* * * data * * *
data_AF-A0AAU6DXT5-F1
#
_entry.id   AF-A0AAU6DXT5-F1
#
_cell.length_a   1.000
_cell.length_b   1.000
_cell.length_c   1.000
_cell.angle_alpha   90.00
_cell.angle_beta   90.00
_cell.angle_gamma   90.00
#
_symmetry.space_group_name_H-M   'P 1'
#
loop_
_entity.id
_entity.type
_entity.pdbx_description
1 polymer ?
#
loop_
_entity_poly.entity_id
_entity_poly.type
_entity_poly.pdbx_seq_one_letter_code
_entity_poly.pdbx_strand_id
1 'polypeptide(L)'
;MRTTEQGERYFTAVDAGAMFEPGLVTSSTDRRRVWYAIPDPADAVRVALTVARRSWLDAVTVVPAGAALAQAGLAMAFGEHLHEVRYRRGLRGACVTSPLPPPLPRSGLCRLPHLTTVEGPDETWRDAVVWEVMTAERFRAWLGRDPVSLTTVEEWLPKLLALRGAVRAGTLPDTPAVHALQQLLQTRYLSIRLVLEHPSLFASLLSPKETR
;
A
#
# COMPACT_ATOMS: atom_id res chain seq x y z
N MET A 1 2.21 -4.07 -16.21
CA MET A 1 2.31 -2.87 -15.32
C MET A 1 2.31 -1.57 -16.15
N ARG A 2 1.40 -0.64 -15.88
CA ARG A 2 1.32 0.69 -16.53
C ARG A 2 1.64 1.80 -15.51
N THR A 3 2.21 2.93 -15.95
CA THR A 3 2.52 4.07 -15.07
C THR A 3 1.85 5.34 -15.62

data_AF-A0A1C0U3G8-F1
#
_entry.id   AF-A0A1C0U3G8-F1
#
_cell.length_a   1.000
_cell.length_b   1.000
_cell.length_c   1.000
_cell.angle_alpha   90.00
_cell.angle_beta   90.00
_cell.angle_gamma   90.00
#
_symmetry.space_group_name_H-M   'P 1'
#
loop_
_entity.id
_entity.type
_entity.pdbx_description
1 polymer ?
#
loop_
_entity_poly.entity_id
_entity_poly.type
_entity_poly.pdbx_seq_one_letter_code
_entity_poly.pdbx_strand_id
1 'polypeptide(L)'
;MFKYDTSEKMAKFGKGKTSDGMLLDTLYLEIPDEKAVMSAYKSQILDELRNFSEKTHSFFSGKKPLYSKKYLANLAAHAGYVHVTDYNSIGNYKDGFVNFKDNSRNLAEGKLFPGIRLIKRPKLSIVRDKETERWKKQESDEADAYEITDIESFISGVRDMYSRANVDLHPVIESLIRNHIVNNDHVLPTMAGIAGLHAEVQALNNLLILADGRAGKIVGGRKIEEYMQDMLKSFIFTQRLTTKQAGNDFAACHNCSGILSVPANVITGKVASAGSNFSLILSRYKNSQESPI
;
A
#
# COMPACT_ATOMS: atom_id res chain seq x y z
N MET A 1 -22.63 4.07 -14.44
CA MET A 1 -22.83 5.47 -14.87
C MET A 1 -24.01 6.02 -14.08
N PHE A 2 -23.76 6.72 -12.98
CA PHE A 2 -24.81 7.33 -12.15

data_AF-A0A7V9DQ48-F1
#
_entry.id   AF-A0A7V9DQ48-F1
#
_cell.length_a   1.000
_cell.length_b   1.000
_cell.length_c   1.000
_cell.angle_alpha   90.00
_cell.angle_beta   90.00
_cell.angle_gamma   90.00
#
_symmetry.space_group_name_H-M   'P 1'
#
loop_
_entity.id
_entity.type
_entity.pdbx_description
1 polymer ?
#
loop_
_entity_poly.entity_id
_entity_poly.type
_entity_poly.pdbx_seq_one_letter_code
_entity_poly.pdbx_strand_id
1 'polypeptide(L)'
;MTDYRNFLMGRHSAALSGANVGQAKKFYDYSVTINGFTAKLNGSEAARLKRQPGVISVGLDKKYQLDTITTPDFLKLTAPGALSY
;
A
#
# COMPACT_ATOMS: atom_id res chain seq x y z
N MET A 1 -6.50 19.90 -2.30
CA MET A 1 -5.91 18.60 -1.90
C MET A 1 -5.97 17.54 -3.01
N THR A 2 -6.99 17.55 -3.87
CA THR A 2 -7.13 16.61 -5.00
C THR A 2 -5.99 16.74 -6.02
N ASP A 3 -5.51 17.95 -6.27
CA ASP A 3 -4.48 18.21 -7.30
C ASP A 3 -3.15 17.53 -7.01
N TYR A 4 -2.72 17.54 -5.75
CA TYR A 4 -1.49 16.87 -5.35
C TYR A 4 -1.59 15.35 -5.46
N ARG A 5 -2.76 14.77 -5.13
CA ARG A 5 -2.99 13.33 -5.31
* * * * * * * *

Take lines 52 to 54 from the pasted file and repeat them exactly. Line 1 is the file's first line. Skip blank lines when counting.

#
loop_
_entity.id